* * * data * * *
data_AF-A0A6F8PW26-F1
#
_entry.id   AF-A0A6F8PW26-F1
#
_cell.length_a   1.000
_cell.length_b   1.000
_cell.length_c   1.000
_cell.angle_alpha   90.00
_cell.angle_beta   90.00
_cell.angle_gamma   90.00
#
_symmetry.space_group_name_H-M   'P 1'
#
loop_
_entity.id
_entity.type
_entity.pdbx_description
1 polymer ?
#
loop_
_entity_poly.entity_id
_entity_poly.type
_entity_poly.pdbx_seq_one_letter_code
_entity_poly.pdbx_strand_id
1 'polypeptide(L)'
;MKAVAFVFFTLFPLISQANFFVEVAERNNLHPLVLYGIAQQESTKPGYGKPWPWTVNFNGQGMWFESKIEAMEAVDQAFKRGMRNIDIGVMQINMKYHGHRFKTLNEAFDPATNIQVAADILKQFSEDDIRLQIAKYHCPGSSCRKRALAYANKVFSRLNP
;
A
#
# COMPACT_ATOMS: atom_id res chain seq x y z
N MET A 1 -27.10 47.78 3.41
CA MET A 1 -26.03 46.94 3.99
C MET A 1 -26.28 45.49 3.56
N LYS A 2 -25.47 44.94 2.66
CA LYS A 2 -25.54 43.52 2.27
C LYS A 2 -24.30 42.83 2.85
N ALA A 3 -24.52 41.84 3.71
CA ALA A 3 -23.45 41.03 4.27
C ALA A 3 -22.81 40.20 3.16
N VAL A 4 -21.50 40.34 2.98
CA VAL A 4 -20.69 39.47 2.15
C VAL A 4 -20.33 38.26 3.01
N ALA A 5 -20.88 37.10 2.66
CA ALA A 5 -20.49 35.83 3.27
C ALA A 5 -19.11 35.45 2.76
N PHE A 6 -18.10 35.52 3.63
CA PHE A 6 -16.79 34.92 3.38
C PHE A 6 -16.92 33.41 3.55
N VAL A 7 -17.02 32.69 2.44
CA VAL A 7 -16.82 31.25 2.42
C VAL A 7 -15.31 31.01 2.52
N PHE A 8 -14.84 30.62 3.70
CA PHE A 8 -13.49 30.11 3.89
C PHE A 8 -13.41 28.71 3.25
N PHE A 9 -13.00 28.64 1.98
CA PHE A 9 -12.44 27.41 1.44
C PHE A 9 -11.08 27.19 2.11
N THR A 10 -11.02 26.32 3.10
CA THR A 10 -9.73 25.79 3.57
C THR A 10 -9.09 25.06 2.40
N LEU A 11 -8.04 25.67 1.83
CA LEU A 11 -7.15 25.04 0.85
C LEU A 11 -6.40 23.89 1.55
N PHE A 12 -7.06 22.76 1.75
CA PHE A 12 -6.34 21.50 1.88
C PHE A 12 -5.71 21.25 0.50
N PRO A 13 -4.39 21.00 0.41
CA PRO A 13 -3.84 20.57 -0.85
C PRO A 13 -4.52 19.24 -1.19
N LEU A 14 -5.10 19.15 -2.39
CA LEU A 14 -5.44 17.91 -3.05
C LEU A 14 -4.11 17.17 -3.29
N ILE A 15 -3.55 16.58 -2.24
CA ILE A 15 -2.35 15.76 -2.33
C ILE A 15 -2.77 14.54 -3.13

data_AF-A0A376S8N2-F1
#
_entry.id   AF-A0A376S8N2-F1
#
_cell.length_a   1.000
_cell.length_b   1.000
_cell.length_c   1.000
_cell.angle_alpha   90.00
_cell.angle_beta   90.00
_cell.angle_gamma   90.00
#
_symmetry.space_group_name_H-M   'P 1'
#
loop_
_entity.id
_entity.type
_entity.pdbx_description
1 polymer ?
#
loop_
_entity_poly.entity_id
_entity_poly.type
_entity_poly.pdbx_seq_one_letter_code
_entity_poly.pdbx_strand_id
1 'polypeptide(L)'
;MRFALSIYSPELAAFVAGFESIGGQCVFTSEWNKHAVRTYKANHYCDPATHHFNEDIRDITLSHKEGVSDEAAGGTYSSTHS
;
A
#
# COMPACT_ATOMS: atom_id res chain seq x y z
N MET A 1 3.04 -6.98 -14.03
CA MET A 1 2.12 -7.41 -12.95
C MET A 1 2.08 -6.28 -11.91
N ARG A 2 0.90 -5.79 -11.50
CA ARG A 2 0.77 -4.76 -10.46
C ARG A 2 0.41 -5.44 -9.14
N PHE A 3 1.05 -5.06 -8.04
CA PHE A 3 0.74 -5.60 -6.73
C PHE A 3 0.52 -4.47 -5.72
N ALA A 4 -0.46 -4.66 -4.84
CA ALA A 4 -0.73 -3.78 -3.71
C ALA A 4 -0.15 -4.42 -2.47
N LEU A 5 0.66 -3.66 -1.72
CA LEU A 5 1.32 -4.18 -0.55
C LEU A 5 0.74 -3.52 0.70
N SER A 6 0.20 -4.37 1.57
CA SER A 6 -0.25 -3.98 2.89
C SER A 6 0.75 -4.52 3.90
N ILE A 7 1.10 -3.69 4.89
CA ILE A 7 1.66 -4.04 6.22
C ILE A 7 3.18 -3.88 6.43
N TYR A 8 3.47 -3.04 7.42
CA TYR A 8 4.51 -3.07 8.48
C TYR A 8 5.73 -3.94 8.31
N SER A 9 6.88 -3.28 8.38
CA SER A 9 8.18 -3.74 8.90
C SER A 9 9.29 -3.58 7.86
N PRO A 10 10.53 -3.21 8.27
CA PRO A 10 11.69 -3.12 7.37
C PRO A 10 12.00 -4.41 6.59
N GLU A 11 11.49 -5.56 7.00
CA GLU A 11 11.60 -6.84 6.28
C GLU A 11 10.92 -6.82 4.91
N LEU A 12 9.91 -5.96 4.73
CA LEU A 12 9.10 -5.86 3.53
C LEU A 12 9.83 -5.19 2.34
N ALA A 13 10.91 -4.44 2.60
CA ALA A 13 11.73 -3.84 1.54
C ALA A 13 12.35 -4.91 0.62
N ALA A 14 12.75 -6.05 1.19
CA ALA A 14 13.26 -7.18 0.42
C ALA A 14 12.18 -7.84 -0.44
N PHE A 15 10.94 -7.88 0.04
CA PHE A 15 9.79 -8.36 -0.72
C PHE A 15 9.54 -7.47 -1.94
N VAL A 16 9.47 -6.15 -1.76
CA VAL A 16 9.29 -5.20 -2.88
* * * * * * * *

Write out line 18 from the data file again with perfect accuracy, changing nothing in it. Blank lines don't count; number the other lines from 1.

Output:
1 polymer ?